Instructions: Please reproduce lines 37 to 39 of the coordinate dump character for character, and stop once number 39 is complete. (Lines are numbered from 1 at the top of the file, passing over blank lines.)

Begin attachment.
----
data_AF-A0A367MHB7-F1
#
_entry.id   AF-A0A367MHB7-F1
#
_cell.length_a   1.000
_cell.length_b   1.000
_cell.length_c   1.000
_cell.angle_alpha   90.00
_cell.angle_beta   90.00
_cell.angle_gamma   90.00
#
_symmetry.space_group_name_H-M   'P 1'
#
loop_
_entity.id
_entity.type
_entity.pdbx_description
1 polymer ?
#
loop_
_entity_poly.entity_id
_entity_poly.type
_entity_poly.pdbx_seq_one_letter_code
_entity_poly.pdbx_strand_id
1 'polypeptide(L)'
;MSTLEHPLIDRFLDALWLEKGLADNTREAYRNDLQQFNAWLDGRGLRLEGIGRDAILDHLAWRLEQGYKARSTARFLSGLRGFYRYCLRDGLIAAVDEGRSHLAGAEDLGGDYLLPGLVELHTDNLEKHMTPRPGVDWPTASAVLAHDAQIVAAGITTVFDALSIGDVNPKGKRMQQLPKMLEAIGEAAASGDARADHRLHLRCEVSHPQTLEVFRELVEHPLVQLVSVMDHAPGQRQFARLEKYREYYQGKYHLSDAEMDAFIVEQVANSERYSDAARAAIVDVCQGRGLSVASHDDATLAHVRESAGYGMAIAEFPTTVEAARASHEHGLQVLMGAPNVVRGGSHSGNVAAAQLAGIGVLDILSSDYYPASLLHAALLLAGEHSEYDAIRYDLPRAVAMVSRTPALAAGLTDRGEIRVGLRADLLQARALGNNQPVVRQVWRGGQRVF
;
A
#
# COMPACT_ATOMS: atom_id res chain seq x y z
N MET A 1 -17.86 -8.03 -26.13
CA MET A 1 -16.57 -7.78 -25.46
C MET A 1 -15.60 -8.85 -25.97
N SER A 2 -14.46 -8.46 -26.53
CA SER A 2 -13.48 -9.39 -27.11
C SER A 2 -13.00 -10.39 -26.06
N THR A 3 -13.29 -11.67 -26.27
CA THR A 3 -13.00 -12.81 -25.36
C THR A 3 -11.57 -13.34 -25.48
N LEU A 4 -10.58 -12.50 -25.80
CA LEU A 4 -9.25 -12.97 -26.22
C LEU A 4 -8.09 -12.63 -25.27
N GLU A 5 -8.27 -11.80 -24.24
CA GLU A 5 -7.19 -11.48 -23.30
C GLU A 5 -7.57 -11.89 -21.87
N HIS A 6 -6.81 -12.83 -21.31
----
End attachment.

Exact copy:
N THR A 3 -13.29 -11.67 -26.27
CA THR A 3 -13.00 -12.81 -25.36
C THR A 3 -11.57 -13.34 -25.48